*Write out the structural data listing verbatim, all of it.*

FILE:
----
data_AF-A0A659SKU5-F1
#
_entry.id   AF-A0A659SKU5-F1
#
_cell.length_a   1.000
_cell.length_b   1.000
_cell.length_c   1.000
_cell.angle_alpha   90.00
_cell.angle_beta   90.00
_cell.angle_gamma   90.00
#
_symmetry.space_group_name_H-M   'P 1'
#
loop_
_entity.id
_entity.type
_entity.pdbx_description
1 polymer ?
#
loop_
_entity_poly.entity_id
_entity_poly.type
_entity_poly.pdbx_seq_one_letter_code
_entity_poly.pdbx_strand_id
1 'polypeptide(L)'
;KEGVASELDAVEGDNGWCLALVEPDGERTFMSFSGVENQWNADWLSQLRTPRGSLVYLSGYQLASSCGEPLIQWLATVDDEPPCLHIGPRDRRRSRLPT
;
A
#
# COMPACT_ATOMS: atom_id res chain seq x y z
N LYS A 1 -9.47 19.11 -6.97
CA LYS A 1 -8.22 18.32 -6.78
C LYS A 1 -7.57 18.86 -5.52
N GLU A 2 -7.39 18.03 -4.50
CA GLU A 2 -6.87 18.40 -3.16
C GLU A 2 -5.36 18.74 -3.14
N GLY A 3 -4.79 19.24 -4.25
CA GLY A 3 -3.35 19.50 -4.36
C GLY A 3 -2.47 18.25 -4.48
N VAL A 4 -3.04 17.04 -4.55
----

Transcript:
data_AF-A0A659SKU5-F1
#
_entry.id   AF-A0A659SKU5-F1
#
_cell.length_a   1.000
_cell.length_b   1.000
_cell.length_c   1.000
_cell.angle_alpha   90.00
_cell.angle_beta   90.00
_cell.angle_gamma   90.00
#
_symmetry.space_group_name_H-M   'P 1'
#
loop_
_entity.id
_entity.type
_entity.pdbx_description
1 polymer ?
#
loop_
_entity_poly.entity_id
_entity_poly.type
_entity_poly.pdbx_seq_one_letter_code
_entity_poly.pdbx_strand_id
1 'polypeptide(L)'
;KEGVASELDAVEGDNGWCLALVEPDGERTFMSFSGVENQWNADWLSQLRTPRGSLVYLSGYQLASSCGEPLIQWLATVDDEPPCLHIGPRDRRRSRLPT
;
A
#
# COMPACT_ATOMS: atom_id res chain seq x y z
N LYS A 1 -9.47 19.11 -6.97
CA LYS A 1 -8.22 18.32 -6.78
C LYS A 1 -7.57 18.86 -5.52
N GLU A 2 -7.39 18.03 -4.50
CA GLU A 2 -6.87 18.40 -3.16
C GLU A 2 -5.36 18.74 -3.14
N GLY A 3 -4.79 19.24 -4.25
CA GLY A 3 -3.35 19.50 -4.36
C GLY A 3 -2.47 18.25 -4.48
N VAL A 4 -3.04 17.04 -4.55